The 4m Daniel K. Inouye Solar Telescope (DKIST) currently under construction on Haleakala, Maui will be the world’s largest solar telescope. Designed to meet the needs of critical high resolution and high sensitivity spectral and polarimetric observations of the sun, this facility will perform key observations of our nearest star that matters most to humankind. DKIST’s superb resolution and sensitivity will enable astronomers to address many of the fundamental problems in solar and stellar astrophysics, including the origin of stellar magnetism, the mechanisms of coronal heating and drivers of the solar wind, flares, coronal mass ejections and variability in solar and stellar output. DKIST will also address basic research aspects of Space Weather and help improve predictive capabilities. In combination with synoptic observations and theoretical modeling DKIST will unravel the many remaining mysteries of the Sun.The construction of DKIST is progressing on schedule with 80% of the facility complete. Operations are scheduled to begin early 2020. DKIST will replace the NSO facilities on Kitt Peak and Sac Peak with a national facility with worldwide unique capabilities. The design allows DKIST to operate as a coronagraph. Taking advantage of its large aperture and infrared polarimeters DKIST will be capable to routinely measure the currently illusive coronal magnetic fields. The state-of-the-art adaptive optics system provides diffraction limited imaging and the ability to resolve features approximately 20 km on the Sun. Achieving this resolution is critical for the ability to observe magnetic structures at their intrinsic, fundamental scales. Five instruments will be available at the start of operations, four of which will provide highly sensitive measurements of solar magnetic fields throughout the solar atmosphere - from the photosphere to the corona. The data from these instruments will be distributed to the world wide community via the NSO/DKIST data center located in Boulder. We present examples of science objectives and provide an overview of the facility and project status, including the ongoing efforts of the community to develop the critical science plan for the first 2-3 years of operations.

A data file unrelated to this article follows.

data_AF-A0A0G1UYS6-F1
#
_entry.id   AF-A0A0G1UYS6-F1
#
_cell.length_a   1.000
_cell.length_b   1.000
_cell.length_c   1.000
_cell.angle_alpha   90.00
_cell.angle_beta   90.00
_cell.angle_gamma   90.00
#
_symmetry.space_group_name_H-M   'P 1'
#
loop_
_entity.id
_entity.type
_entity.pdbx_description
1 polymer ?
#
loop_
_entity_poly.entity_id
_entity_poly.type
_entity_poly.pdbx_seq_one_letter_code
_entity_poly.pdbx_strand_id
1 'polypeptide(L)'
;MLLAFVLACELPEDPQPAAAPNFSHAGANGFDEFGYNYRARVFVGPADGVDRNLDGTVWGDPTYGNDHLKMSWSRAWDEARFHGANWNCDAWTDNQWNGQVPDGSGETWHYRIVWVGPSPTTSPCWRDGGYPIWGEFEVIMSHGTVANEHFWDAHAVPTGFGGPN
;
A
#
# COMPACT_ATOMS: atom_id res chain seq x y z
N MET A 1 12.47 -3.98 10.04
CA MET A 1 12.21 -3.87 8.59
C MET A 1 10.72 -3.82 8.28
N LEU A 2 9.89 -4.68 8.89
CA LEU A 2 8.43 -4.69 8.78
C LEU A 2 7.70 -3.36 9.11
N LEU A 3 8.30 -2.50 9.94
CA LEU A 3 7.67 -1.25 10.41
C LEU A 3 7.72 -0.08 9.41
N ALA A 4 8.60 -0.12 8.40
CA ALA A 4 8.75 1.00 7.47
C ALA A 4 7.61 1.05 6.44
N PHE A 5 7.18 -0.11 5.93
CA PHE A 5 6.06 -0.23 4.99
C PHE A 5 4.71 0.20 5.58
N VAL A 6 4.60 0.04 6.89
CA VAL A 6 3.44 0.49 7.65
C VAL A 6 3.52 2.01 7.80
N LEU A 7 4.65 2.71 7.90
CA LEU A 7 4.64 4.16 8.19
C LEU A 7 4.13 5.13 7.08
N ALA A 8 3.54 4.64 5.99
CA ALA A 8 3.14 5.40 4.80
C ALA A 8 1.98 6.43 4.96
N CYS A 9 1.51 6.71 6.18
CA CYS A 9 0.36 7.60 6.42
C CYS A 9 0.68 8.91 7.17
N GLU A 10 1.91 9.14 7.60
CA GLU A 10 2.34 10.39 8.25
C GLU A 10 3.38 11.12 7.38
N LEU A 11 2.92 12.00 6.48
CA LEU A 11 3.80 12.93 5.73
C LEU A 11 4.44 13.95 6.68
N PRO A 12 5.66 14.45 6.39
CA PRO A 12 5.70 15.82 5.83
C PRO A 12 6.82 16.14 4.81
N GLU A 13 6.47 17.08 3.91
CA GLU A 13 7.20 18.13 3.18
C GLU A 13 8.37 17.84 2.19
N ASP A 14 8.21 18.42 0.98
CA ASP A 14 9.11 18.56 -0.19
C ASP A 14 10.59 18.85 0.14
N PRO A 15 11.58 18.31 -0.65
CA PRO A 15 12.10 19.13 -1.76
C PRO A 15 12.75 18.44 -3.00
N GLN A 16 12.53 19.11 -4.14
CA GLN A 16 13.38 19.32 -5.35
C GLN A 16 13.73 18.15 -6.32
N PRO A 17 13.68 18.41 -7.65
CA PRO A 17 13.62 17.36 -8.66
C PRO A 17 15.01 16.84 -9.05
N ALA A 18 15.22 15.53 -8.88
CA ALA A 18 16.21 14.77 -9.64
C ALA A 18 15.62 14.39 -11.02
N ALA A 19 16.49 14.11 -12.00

American Astronomical Society Meeting Abstracts #232
- Pub Date:
- June 2018